For any divorce proceeding involving a member of the armed services, one of the biggest assets at issue could be the pension of the service member, if they have one. Like non-military retirement plans, military pensions are subject to property division in a divorce. Military family law addresses this topic with the Uniformed Services Former Spouses Protection Act. In this post, we will have a quick discussion of how this act governs the division of military pensions in a divorce.
Not all service members have pensions. For those who do, the act mandates a minimum threshold that must be met before the pension is eligible to be divided. The couple must have been married for at least 10 years before the pension in question can be divided. During this time, the service member must have performed at least 10 years of creditable military service. This rule is called the 10/10 rule.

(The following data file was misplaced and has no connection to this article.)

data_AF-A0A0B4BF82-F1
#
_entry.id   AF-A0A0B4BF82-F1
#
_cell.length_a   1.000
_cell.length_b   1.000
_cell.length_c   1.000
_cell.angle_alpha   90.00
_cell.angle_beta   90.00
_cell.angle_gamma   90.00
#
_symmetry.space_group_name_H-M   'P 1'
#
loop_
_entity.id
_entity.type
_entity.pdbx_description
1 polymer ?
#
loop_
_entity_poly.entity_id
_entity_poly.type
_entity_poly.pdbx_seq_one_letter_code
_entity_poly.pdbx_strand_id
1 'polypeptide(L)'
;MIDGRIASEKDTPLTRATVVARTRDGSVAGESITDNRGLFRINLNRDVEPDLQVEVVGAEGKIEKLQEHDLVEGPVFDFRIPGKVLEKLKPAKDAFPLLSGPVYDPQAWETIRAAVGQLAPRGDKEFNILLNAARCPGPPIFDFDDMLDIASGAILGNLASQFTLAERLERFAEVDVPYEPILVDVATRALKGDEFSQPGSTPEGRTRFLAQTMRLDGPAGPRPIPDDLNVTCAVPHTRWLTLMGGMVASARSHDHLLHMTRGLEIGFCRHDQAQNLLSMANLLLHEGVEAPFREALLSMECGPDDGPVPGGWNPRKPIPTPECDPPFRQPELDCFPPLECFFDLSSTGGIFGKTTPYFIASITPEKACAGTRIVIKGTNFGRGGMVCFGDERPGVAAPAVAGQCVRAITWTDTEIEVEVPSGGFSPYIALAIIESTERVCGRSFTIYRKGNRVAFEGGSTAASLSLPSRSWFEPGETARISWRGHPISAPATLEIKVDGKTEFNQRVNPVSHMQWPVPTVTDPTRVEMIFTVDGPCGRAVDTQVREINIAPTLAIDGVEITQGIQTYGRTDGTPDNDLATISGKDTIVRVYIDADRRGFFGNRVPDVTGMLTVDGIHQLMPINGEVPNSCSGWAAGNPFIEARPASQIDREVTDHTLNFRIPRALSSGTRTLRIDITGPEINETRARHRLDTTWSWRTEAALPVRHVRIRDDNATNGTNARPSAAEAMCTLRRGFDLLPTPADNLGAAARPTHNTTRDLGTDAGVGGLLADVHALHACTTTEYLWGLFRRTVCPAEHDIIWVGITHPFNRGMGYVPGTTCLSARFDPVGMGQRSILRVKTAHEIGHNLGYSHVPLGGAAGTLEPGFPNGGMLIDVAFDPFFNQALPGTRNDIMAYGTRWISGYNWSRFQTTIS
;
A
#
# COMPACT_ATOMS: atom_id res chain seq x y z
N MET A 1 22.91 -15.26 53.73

Service members may also be eligible for health care benefits, commissary and exchange. Can these benefits be shared with spouses as part of a divorce? In some cases, they can. If a couple has been married for at least 20 years and the service member has performed at least 20 years of creditable military service, then federal law allows the non-military spouse to continue to access these benefits after a divorce.
Gulfport non-military spouses should not be bashful about pursuing these kinds of benefits when divorcing a service member. The law allows for property division and alimony to compensate a spouse for the hard work put into a marriage, as well as for opportunities missed.
Source: FindLaw, "Military Divorce and Alimony," accessed on Sept. 2, 2017